These services consist of a wide range of outsourced network operations and network transformation services that help our clients reduce their operating expenses while preserving and enhancing network reliability. Managed services help provide a seamless transition to an outsourced environment utilizing state-of-the-art tools and technology plus highly skilled technicians to provide ongoing network management of our customers’ networks. These functions can be performed at our global network operations centers or at the customer’s network operations center. We currently provide network operation services to more than 40 customers around the world. Although these revenues do not represent a significant portion of Services revenues, managed services are often embedded in professional, deployment and maintenance services.
By relying on our global multi-vendor expertise and field-proven processes, our customers can leverage their installed base of assets across multiple technologies and vendors, quickly implement new technologies and applications to expand presence in target markets, and simplify operations through customized support to design, build, and manage communication networks.
Research and Development
Bell Labs, one of the world’s largest research and development organizations focused on communications-related technology, supports all of our segments. Bell Labs provides basic and applied research and development support for our business. Bell Labs’ mission is to develop technically advanced products and services that will keep us at the forefront of communications, to conduct fundamental research in scientific fields important to communications and to create innovations that can be put to use in our new communications products and services. Bell Labs’ research activities continue to focus on the technologies we view as central to our business strategy, including network design and engineering, network services and IMS, photonics and optical technology, data networking, wireless communications, algorithms and software and computer science. Bell Labs looks at both near-term and long-term opportunities, actively working on current product and service research and development as well as exploring fundamental scientific breakthroughs that may be ten or more years out on the horizon.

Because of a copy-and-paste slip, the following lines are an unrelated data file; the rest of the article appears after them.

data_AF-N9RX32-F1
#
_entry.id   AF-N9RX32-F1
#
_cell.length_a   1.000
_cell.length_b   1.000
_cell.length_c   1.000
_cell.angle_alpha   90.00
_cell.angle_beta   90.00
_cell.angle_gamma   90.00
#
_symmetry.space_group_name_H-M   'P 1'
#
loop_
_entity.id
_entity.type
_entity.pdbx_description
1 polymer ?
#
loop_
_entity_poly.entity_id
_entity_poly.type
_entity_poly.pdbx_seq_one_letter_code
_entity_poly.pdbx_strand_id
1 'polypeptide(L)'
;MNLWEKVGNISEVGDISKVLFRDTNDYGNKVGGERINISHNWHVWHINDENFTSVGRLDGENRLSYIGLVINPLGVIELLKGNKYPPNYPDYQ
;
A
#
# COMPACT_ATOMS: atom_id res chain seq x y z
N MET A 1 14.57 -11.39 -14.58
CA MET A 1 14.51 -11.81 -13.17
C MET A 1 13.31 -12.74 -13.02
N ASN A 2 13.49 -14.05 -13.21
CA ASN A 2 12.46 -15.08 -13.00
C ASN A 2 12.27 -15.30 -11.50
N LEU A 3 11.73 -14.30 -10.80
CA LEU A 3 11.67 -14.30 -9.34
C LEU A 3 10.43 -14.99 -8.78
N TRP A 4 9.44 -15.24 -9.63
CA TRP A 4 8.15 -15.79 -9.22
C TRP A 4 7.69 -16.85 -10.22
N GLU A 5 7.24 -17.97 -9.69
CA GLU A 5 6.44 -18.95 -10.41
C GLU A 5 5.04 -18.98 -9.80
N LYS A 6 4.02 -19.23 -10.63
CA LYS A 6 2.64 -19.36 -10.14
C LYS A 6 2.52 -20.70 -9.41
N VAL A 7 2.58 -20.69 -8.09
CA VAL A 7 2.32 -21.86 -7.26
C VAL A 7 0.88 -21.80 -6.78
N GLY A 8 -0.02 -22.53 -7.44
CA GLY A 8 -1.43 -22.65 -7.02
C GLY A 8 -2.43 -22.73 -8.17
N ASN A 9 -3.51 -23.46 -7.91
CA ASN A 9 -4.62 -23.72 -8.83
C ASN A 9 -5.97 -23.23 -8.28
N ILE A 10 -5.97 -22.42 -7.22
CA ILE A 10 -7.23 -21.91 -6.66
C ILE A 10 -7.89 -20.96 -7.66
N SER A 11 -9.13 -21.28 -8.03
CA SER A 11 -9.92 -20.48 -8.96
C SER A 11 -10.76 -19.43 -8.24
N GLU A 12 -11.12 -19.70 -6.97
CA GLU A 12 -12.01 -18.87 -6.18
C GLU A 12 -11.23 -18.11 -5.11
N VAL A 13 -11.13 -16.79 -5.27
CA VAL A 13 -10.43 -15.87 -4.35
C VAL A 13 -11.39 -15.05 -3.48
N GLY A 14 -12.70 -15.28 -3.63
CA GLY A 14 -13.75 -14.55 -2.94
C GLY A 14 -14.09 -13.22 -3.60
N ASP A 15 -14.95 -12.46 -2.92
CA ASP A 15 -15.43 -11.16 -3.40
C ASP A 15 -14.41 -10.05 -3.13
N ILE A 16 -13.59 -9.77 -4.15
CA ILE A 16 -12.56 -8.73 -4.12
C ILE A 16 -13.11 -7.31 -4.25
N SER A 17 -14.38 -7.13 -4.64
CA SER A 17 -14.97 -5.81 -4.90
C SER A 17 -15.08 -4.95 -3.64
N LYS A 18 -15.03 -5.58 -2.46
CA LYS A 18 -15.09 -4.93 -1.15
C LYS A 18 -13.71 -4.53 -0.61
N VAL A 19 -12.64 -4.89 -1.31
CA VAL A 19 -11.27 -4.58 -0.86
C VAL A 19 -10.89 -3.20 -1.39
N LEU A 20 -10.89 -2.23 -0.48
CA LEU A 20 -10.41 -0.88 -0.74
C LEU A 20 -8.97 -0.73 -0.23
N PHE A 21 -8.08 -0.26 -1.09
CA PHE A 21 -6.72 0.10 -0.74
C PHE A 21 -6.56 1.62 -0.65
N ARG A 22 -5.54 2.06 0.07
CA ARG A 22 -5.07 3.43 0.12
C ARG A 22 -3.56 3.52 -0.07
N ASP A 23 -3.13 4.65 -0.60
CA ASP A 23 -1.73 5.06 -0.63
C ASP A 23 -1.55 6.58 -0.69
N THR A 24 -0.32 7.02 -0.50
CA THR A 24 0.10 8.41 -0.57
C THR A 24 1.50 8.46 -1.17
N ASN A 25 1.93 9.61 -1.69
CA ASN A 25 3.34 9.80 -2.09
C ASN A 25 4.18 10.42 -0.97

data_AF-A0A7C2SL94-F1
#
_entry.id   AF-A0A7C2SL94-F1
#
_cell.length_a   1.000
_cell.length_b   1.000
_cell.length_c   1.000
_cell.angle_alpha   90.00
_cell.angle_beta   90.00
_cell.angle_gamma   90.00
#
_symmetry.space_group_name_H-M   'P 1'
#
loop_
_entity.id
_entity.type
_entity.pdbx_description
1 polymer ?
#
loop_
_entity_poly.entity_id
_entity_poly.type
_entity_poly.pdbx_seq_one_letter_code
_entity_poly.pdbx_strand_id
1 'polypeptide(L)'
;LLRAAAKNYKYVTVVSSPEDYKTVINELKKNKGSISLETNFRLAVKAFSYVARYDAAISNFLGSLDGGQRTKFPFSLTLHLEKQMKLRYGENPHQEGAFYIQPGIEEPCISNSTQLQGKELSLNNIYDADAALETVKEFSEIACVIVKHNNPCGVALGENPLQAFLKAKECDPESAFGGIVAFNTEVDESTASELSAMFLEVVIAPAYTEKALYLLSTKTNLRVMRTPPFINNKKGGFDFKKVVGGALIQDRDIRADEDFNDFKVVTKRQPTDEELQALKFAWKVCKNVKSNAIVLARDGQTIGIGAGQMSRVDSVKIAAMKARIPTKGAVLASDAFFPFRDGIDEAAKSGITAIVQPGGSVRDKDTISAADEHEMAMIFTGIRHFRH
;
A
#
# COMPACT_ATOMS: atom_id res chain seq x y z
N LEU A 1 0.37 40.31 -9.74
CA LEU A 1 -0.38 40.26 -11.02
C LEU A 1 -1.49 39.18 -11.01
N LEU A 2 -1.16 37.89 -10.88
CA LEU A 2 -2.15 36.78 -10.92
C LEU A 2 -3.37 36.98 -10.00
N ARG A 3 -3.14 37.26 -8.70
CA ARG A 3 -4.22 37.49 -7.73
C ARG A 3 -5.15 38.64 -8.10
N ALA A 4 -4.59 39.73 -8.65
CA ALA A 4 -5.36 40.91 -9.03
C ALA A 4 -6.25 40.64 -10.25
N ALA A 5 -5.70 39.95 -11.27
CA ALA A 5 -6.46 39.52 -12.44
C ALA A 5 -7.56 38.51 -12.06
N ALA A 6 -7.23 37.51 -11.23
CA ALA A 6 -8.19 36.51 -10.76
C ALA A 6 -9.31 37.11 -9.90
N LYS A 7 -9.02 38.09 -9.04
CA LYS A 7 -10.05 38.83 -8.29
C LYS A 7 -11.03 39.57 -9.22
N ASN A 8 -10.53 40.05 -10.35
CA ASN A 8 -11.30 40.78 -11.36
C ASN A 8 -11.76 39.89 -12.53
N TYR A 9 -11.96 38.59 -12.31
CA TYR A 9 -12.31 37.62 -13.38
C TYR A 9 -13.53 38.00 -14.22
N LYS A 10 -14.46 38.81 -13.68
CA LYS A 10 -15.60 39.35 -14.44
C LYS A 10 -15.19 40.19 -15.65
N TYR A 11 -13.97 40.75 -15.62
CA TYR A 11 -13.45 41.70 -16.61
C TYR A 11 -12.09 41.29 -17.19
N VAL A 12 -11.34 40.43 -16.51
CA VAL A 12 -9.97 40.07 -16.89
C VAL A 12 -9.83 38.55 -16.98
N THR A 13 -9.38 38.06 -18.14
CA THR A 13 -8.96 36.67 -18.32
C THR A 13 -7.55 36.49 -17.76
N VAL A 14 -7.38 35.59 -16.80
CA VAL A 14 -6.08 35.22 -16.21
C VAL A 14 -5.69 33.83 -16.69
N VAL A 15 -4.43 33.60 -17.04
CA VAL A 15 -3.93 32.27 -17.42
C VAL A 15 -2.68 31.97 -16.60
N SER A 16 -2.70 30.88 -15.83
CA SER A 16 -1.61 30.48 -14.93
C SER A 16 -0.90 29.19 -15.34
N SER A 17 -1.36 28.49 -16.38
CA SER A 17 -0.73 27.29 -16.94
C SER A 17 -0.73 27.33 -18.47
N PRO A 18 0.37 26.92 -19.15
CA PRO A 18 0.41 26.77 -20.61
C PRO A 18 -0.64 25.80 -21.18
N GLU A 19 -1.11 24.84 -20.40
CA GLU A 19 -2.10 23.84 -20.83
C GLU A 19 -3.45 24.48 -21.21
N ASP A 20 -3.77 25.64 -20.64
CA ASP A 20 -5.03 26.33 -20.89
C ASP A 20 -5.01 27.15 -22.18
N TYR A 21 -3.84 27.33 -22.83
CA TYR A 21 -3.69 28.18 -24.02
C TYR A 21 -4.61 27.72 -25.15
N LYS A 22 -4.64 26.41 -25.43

Protecting both global communications networks and the people that use them remains a top priority as we work to deliver on the promise of next-generation networking. The industry’s migration to an all-IP architecture means that our customers face a host of new network and user vulnerabilities not present in the closed, circuit-switched telephony world. Addressing these vulnerabilities becomes even more difficult when compounded by the large number of vendors and service providers that are working on an increasing number of standards and technologies across multiple networks. To address this challenge, Bell Labs has intensified its focus on the aspects of security that are most relevant to meeting the needs of the market.
We plan to continue to invest in the R&D efforts of Bell Labs because we believe it gives us a competitive advantage in developing innovative technologies. There are more than 9,000 employees in Bell Labs, which includes R&D, services and technical staff. Most of these employees serve in R&D roles in our Mobility Access Solutions, Multimedia Network Solutions and Converged Core Solutions segments. There are approximately 1,000 employees supporting research efforts within Bell Labs core research group. Overall, 11 researchers at Bell Labs have shared in six Nobel Prizes in Physics. Bell Labs researchers have also been awarded nine U.S. National Medals of Science and seven U.S. National Medals of Technology. In addition, our scientists and engineers have earned more than 31,000 patents since 1925.